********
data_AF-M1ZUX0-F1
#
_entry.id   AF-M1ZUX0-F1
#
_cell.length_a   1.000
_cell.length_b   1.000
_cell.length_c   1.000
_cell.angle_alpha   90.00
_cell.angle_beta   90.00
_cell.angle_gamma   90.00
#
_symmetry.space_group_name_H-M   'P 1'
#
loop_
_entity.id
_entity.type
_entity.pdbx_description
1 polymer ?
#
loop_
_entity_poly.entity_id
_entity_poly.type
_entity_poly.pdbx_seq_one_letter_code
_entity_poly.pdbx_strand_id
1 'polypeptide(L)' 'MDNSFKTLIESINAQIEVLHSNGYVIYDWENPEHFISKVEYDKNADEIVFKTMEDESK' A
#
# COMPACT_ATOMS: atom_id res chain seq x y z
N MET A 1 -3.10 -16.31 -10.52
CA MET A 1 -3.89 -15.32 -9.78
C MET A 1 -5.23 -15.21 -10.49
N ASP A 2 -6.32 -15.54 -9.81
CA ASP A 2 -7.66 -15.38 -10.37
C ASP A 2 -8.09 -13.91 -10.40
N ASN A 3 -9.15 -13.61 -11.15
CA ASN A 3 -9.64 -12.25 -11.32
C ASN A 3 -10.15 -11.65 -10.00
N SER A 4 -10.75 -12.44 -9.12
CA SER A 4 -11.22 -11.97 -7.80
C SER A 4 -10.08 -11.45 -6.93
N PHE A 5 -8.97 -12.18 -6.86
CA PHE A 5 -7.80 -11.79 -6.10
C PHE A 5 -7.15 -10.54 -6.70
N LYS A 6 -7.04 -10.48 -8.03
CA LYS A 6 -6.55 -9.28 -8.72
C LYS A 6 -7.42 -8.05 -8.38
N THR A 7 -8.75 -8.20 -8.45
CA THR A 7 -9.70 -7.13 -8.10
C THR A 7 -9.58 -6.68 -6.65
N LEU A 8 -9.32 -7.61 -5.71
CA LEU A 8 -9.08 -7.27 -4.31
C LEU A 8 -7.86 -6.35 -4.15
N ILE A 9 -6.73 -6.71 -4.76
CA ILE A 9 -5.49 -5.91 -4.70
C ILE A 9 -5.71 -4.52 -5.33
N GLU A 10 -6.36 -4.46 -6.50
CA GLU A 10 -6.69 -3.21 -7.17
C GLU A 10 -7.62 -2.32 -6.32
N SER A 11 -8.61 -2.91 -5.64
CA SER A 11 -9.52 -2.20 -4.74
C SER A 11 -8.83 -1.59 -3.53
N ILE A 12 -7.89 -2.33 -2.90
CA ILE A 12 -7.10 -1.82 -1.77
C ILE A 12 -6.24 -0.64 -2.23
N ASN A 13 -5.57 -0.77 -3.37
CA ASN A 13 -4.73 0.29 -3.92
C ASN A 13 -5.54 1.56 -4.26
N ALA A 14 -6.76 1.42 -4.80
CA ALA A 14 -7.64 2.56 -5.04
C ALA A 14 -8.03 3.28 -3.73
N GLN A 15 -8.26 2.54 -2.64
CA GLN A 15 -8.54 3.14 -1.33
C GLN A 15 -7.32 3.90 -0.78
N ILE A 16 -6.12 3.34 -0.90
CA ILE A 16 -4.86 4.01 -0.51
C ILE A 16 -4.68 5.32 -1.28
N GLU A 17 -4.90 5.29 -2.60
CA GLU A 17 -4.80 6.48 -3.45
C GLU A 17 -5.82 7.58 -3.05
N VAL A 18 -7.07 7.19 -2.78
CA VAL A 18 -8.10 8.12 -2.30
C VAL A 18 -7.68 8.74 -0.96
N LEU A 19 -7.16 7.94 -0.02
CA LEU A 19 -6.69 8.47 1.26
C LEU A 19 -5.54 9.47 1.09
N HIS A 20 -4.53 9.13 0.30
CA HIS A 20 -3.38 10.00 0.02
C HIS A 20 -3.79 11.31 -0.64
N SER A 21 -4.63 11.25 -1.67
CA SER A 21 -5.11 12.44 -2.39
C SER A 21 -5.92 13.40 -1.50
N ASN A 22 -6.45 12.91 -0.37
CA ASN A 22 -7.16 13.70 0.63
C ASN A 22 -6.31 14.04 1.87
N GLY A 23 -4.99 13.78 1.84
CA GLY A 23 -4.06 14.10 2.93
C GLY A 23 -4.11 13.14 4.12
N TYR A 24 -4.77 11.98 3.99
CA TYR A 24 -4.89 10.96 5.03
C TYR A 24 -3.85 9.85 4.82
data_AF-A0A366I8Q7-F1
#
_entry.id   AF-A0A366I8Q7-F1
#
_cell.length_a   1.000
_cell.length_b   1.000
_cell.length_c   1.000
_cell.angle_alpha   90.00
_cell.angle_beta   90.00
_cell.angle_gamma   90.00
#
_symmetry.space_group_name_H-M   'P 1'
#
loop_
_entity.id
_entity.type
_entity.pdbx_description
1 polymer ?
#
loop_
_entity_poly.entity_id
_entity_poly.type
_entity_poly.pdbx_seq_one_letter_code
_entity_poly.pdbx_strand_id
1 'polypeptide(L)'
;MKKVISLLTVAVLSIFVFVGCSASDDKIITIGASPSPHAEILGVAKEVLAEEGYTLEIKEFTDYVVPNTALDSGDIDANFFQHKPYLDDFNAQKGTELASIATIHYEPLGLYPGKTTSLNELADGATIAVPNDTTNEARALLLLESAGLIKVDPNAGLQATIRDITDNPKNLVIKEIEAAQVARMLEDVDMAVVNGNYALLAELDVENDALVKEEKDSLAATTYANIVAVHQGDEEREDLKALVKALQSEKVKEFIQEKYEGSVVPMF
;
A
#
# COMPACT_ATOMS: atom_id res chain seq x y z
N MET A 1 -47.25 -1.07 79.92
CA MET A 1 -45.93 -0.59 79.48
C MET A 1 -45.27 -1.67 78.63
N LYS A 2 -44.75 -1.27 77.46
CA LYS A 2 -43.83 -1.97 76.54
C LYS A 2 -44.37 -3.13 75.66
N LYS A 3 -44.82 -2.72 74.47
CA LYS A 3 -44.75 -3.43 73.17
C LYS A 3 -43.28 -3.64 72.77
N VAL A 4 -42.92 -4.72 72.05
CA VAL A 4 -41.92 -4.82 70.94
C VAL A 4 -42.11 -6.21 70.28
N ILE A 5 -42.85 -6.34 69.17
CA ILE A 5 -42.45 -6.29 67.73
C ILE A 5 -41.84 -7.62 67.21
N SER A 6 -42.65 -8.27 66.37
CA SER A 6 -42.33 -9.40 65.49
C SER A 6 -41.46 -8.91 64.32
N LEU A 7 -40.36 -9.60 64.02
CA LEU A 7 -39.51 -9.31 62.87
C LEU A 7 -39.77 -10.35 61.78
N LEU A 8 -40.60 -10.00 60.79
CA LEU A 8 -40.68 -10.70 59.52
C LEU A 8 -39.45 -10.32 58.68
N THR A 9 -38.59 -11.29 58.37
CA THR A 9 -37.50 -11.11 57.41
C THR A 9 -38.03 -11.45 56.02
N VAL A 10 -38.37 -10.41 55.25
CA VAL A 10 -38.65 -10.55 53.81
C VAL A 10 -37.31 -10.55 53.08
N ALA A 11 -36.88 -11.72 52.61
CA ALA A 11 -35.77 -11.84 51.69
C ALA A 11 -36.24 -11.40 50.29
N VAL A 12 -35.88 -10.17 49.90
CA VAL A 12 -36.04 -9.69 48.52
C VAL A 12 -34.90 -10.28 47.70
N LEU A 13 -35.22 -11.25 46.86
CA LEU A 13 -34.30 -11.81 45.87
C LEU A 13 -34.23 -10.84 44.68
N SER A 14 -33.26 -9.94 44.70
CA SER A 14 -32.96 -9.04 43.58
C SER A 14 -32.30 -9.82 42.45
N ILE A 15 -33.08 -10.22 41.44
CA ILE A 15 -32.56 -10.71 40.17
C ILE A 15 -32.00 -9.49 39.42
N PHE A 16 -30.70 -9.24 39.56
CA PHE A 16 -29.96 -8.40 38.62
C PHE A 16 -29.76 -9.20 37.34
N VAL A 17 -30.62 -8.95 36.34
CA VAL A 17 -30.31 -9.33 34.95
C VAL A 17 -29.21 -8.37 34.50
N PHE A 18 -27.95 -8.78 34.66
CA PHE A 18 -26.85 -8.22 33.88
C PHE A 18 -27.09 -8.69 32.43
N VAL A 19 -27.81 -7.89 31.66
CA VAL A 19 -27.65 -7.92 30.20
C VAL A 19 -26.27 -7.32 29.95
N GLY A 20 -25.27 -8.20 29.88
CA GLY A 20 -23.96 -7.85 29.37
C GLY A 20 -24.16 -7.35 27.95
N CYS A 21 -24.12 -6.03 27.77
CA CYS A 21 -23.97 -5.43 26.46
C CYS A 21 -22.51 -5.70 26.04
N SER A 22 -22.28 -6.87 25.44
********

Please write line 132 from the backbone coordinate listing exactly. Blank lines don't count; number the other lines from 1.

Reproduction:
C MET A 1 -45.27 -1.67 78.63